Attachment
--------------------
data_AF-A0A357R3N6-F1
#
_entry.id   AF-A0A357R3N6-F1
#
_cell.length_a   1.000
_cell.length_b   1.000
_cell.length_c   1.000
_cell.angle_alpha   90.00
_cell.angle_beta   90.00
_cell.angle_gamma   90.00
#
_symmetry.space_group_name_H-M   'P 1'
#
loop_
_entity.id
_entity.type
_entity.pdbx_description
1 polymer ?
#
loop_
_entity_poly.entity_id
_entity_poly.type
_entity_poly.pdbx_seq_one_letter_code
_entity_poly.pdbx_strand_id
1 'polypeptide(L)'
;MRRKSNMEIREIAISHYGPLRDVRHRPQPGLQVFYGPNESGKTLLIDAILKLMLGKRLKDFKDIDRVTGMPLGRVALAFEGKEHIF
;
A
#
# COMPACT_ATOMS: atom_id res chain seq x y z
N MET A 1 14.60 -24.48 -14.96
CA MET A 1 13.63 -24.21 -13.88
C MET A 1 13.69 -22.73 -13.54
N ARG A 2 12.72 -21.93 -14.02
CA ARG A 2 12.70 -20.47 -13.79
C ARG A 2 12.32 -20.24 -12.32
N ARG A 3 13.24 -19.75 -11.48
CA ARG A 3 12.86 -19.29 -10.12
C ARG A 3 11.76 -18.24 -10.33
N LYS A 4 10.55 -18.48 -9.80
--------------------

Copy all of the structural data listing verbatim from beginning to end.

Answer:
data_AF-A0A357R3N6-F1
#
_entry.id   AF-A0A357R3N6-F1
#
_cell.length_a   1.000
_cell.length_b   1.000
_cell.length_c   1.000
_cell.angle_alpha   90.00
_cell.angle_beta   90.00
_cell.angle_gamma   90.00
#
_symmetry.space_group_name_H-M   'P 1'
#
loop_
_entity.id
_entity.type
_entity.pdbx_description
1 polymer ?
#
loop_
_entity_poly.entity_id
_entity_poly.type
_entity_poly.pdbx_seq_one_letter_code
_entity_poly.pdbx_strand_id
1 'polypeptide(L)'
;MRRKSNMEIREIAISHYGPLRDVRHRPQPGLQVFYGPNESGKTLLIDAILKLMLGKRLKDFKDIDRVTGMPLGRVALAFEGKEHIF
;
A
#
# COMPACT_ATOMS: atom_id res chain seq x y z
N MET A 1 14.60 -24.48 -14.96
CA MET A 1 13.63 -24.21 -13.88
C MET A 1 13.69 -22.73 -13.54
N ARG A 2 12.72 -21.93 -14.02
CA ARG A 2 12.70 -20.47 -13.79
C ARG A 2 12.32 -20.24 -12.32
N ARG A 3 13.24 -19.75 -11.48
CA ARG A 3 12.86 -19.29 -10.12
C ARG A 3 11.76 -18.24 -10.33
N LYS A 4 10.55 -18.48 -9.80